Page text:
Monday, May 25, 2015


My Transplant Team keeps telling me how great I am doing. And, most important, my lung function is excellent and I have no rejection issues at this point. All good stuff.

However, the immunosuppressants I must take for the rest of my life are giving my kidney function fits. The most recent kidney function test was the second highest number I have recorded since January. But my Coordinator tells me there is nothing to be done about it and I am nowhere near the stage where we have to worry or send me to see the nephrologist. It's hard not to worry, but they keep reassuring me and so I must trust my team. They saved my life and they know what they are doing. I need to work on trusting them and not worrying when they tell me it's not time to do so yet.

They want me drinking LOTS of water. All the lab results show that I am dehydrated even though I am drinking over 90 oz. of water every day! They said, drink more. Drink more! There aren't enough hours in the day to drink over 100 oz. of water in the day! But I'm pushing fluids as best I can.

And this is where my IC hates my transplant & kidneys. My poor IC bladder does not like me drinking THIS much water. Of course, I always made sure since getting IC to stay well hydrated, but not to flood myself. I feel like this is flooding and my bladder is screaming at me. And with my retention, that means even more catheterizing. The labs showing that I am dehydrated are because my kidneys are not functioning properly so my body is asking for more water. 

This is hard. It's hard to drink as much water as they want me to.  It's hard not to worry about my kidney function, especially since it's one of the most common problems transplant patients must deal with, often needing dialysis and ultimately a kidney transplant. They tell me I'm not there yet. I'm anxious to see the next set of test results. I go in two weeks for another Complete Metabolic Panel which will show what my kidney function is. I am hoping it stays level and doesn't go up. That would be a good thing.

Then my next appointment with my Transplant Team is July 6 and they will check it again then. So they are monitoring me.  My Coordinator keeps telling me, no news is good news. If she has something serious or important that I need to know, she WILL call me. Otherwise, I can assume all is well. This is hard for me; I want info. It helps me and I cope better knowing no matter if it's good or bad. So I must get used to this way that they work. It's hard for me.

But this is a real challenge and they warn you before your transplant that it will be like this. They warn you of potential medical issues from all your medications. So I expected this. But no one wants to hear the words renal failure. So here's to my test results holding steady the next two times we test them.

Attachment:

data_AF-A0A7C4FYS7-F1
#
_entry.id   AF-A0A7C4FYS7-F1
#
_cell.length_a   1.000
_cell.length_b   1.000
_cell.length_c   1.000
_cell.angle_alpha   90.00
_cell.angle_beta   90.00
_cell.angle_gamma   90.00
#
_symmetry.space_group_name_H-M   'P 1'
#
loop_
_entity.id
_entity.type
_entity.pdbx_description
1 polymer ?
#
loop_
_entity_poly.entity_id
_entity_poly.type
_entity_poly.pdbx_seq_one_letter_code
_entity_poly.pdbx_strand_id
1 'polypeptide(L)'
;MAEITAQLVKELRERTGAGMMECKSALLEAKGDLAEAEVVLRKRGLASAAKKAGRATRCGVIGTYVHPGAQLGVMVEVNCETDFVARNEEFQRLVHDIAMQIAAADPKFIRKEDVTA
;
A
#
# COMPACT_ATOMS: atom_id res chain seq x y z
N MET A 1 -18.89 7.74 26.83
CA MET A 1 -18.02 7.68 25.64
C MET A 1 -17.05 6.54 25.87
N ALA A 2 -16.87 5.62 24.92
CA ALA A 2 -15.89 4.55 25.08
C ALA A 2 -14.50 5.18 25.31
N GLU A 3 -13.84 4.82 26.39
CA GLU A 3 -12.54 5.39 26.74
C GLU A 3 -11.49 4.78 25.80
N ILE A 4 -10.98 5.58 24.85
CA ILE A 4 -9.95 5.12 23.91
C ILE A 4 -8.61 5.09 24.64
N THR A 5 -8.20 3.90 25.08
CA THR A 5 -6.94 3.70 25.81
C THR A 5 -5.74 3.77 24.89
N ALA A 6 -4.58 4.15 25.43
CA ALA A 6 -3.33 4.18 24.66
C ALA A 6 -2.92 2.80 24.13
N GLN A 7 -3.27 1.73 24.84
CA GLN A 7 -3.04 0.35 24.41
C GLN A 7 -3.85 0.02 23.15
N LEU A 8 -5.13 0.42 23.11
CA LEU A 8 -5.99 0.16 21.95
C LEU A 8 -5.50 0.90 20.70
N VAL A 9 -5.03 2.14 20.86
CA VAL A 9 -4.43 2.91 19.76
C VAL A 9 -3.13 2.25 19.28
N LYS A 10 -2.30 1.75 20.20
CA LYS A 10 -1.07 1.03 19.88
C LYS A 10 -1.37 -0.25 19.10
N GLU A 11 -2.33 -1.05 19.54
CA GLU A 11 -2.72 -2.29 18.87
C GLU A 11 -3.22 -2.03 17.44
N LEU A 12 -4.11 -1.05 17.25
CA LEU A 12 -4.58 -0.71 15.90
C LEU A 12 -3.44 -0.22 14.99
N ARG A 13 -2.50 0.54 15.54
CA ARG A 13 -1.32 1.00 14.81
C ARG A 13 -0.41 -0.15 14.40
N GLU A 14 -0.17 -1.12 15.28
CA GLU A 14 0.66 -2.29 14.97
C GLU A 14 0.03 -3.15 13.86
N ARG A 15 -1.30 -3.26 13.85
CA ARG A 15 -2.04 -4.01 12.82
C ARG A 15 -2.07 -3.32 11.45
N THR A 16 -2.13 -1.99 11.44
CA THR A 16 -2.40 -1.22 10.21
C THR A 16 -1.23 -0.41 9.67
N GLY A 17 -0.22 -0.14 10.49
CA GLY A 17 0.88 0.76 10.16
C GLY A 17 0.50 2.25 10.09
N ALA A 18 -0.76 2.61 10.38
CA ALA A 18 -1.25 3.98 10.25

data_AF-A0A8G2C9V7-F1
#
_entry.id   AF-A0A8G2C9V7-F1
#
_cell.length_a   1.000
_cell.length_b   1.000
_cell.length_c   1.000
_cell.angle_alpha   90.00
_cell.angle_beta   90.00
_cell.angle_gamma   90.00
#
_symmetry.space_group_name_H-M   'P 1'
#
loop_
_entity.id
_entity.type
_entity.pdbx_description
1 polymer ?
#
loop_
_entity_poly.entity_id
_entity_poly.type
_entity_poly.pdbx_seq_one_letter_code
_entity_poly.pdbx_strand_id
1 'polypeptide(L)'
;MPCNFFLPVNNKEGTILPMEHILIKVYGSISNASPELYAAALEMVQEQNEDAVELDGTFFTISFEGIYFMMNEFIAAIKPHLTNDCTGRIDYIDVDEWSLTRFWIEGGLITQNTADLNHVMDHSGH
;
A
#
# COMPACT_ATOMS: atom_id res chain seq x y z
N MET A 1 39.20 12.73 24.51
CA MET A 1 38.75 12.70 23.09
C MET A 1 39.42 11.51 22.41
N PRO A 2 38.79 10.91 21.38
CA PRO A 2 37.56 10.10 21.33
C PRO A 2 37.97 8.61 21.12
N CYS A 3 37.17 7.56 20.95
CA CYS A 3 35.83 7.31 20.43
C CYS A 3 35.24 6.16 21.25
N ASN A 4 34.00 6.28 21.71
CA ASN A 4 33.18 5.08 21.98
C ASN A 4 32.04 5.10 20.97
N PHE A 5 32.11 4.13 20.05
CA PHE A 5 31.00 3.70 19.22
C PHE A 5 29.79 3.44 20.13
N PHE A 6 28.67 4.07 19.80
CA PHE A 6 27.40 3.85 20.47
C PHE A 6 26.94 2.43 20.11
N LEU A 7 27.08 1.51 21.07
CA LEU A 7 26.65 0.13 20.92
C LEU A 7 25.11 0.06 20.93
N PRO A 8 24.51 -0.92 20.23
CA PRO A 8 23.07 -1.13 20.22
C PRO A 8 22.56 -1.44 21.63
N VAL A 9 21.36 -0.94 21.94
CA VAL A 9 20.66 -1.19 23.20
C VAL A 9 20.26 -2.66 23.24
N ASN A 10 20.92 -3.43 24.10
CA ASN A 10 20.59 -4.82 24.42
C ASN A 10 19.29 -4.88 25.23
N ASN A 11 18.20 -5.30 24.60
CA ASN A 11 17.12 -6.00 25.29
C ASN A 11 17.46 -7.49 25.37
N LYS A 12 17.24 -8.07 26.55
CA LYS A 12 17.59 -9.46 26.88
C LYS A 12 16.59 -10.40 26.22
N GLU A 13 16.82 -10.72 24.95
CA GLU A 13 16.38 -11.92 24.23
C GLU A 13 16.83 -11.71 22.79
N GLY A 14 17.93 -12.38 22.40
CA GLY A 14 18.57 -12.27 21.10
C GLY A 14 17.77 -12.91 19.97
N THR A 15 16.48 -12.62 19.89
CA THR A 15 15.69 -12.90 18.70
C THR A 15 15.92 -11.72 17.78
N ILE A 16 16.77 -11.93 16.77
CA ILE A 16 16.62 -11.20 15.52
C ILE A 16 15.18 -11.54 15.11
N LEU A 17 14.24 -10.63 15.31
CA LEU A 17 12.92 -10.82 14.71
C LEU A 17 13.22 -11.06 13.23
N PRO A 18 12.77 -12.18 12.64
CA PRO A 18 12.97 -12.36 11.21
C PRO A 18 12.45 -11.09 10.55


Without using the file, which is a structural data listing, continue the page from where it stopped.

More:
In the meantime, my IC is making it even more challenging than it would already be. It's interrupting my sleep as I am getting up constantly to pee (even more than before, if that's possible). I was already on Disability for my IC, so it was pretty bad. All this water isn't helping. But I have no choice and I will do my best to follow my instructions and be a compliant patient. I've been given the greatest gift, so I will do what I am told and everything I can to insure a successful outcome.

I already had IC when I came down with this mysterious lung disease. Seriously?! I didn't have enough medical woes (IC, Epilepsy, Cardiac Issues to name a few) that I needed another! And of course it had to be life threatening; if I didn't get a transplant, I would die. Gee, I wasn't having enough fun already, I needed this too!

Well, I never imagined I could get through a major operation as big as a Lung Transplant, the post surgery Rehab and all that goes with being a transplant patient. But I am doing it. So my IC will just have to take a back seat while I try to keep my kidneys functioning. I'll cope; my psychologist is a big help.

Sometimes I feel my body has turned on me and I just want to give up. But once I asked and was granted acceptance to being a transplant recipient, giving up was not an option. So I fight on; every day. I take my meds on schedule, I work on my exercise and my diet. And, yes, I drink all that water! I think I'm going to float away. 

I envision my bladder cursing at my lung and my kidneys. My poor IC bladder is not happy. Well, that's life. I'll have to cope with it.

My Water Bottle!


  1. Still following your recovery. Thanks for posting details.
    Congratulations on reaching the six month post transplant mark.
    You have shown amazing strength and determination.

    1. Thank you for kind words of support and encouragement!